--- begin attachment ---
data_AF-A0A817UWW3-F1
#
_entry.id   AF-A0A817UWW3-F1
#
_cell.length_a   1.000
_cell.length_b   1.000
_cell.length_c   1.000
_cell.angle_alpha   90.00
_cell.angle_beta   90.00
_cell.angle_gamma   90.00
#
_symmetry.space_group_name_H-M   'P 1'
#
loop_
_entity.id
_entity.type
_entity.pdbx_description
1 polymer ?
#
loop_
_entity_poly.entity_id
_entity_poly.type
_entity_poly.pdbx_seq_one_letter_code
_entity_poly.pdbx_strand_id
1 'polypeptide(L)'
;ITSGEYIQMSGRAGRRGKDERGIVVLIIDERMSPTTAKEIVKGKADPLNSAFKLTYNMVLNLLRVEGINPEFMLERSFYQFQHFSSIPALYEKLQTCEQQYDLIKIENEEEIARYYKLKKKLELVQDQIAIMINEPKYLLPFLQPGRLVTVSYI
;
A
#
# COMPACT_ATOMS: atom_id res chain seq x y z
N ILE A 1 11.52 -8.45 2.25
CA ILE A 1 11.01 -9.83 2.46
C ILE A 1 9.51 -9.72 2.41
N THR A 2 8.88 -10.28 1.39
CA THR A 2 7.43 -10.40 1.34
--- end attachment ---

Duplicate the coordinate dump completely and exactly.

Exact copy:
data_AF-A0A817UWW3-F1
#
_entry.id   AF-A0A817UWW3-F1
#
_cell.length_a   1.000
_cell.length_b   1.000
_cell.length_c   1.000
_cell.angle_alpha   90.00
_cell.angle_beta   90.00
_cell.angle_gamma   90.00
#
_symmetry.space_group_name_H-M   'P 1'
#
loop_
_entity.id
_entity.type
_entity.pdbx_description
1 polymer ?
#
loop_
_entity_poly.entity_id
_entity_poly.type
_entity_poly.pdbx_seq_one_letter_code
_entity_poly.pdbx_strand_id
1 'polypeptide(L)'
;ITSGEYIQMSGRAGRRGKDERGIVVLIIDERMSPTTAKEIVKGKADPLNSAFKLTYNMVLNLLRVEGINPEFMLERSFYQFQHFSSIPALYEKLQTCEQQYDLIKIENEEEIARYYKLKKKLELVQDQIAIMINEPKYLLPFLQPGRLVTVSYI
;
A
#
# COMPACT_ATOMS: atom_id res chain seq x y z
N ILE A 1 11.52 -8.45 2.25
CA ILE A 1 11.01 -9.83 2.46
C ILE A 1 9.51 -9.72 2.41
N THR A 2 8.88 -10.28 1.39
CA THR A 2 7.43 -10.40 1.34